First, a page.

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OPINION: Reading Must Be More Open With Fans

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The Inspector says the club should front up when it comes to what goes on behind the scenes.

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The gospel according to Reading FC states that the club had no alternative but to sell Aaron Tshibola and Oliver Norwood. The players wanted to leave, we're told, so what else could the Royals do?

Well, in the words of the well-worn anti-drugs adage, 'Just Say No'. Football clubs are not bound by the wishes of players and their agents if they have them under contract. They have a choice.

For example, let us take the bang-up-to-the-minute case of Dale Stephens and Brighton and Hove Albion. After the Seagulls narrowly missed out on promotion from the Championship last season some of their better players immediately became targets for Premier League clubs - as is the fashion these days. Newcastle (OK, not a Premier League club but one with deep pockets) wanted Anthony Knockaert (who was outstanding at the Mad Stad recently) and were reportedly prepared to bid up to £10 million for a winger that Brighton paid around £3 million for less than a year ago. West Brom and Crystal Palace came in for defender Lewis Dunk and Burnley swooped for the aforementioned Stephens.

In each case Brighton said 'No, we're going to keep together last season's team, try to strengthen it and have a right good go at gaining promotion this time around'.

Knockaert and Dunk apparently accepted this situation, but Stephens was not happy. Five weeks before the end of the transfer window he let the south-coast club know that he wanted to leave. Still they said 'No'. Burnley came in with SIX offers, the last one rumoured to total £8 million as the increasingly-desperate wantaway midfielder handed in a transfer request. Brighton simply told Stephens 'Sorry, sunshine, you're our player and you're going nowhere', resulting in the 27-year-old eventually criticising the club for denying him his dream of playing in the Premier League.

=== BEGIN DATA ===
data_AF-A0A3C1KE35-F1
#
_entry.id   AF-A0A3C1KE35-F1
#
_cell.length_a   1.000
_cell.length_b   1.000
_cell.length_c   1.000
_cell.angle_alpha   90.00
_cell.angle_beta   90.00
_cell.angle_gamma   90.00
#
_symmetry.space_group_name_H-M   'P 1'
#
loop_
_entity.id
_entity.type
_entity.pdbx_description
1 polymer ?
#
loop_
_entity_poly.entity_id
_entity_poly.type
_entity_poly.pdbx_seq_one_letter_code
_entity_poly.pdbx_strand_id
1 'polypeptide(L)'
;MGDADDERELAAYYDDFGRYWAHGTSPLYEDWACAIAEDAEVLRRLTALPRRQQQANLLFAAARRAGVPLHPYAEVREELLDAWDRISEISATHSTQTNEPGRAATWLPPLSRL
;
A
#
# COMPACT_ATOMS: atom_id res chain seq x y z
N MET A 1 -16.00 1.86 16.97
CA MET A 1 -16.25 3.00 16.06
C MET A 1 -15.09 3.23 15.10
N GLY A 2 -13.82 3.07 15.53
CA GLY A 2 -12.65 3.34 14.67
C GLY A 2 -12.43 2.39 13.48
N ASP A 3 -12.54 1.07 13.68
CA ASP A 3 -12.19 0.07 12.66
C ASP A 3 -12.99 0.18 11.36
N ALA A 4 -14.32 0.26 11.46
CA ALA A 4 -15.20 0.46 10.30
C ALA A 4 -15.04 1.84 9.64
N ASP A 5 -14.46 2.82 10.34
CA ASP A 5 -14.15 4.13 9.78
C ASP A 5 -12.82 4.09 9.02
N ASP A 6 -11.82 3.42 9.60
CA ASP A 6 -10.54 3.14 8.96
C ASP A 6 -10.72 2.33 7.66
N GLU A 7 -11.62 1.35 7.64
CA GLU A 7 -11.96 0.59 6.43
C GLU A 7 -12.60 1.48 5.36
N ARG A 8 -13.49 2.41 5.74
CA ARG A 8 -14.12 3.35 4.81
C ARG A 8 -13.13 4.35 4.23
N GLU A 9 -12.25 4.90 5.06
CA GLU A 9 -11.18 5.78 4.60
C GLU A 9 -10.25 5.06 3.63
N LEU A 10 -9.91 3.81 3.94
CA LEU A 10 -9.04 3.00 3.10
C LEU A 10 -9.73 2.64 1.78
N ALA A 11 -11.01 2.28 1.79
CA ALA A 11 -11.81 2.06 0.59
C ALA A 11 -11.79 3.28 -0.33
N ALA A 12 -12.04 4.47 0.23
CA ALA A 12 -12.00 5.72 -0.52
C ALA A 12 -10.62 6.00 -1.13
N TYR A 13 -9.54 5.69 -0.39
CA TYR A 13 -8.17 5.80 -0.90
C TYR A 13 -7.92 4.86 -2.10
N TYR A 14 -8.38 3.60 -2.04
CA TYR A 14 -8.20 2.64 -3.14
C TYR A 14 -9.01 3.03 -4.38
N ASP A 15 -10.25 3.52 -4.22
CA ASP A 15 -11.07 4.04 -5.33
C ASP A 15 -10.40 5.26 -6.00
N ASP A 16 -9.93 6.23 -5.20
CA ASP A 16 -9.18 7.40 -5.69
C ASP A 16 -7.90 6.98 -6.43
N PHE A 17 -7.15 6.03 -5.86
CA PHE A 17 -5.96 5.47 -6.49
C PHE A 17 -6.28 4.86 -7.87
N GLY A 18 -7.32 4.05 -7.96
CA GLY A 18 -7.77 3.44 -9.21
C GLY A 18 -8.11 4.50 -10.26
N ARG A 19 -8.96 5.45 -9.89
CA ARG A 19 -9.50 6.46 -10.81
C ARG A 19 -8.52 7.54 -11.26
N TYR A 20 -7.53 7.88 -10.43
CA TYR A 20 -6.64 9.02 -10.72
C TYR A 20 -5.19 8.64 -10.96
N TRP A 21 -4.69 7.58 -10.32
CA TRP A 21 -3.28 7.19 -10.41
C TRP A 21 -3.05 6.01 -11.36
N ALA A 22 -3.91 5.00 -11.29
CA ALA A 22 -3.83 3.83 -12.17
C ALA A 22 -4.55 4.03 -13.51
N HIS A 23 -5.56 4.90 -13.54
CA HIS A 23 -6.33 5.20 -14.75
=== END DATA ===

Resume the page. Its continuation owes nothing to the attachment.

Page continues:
The Seagulls hierarchy claim they are unconcerned by the unsettled player's discontent and only time will tell whether they have blundered. But the point is just like Reading, Brighton had a choice and exercised it. One chose to sell two of their better players, while the other refused to let any go.

When Norwood signed for Brighton (having insisted he was not offered a new contract by Reading) he was swapping one club which was prepared to cash in on its assets,  for another willing to fight off all efforts to prise away those coveted by other teams. In his Norwood's case it was hardly a tough decision.

Now, I'm not saying that the action that Reading took was necessarily wrong. Business is business. Jaap Stam's efforts to reshape the team have been extensive, well-supported by the Thai owners,  and hopefully will prove successful. At the end of this truly eventful transfer window Reading fans may discover that we'll be better off without Tshibola and Norwood, although in reality, we'll never really know.

But that is not the issue. It's all about honesty. Why did Reading treat the fans with some disdain by claiming that their hands were tied, when we all know that they were free to make their own decision. Do they think we're mugs? Why didn't they come clean and admit that, while it would disappointing for some fans to see their favourite player depart, they made decisions which they thought were, in their opinion, in the club's best interest?

Some would have disagreed but that's life, that's football. Chairmen, directors, chief executives, managers and others have to make decisions which won't always be popular. But there's no need to make feeble excuses, which are patently not true.

Since time immemorial, football clubs have used the Cultivated Mushroom Theory in dealing with supporters - keep them in the dark and throw s**t at them. But in the 21st century a change of attitude would not go amiss. For not only do football clubs have a choice... so do fans. And while many of us will carry on supporting Reading until we turn up our toes - because we can't help ourselves - and a brilliant run of results will cover up a multitude of sins, there may be others of the fickle variety who lose interest in a set-up that treats them like know-nothing imbeciles.

It's all about getting the fans onside. And let's face it, there's plenty of work to be done because the attendances haven't been great so far this season, have they?

The Inspector

Agree with The Inspector that football clubs should be more up-front and honest in their dealings behind the scenes? Let us know your thoughts.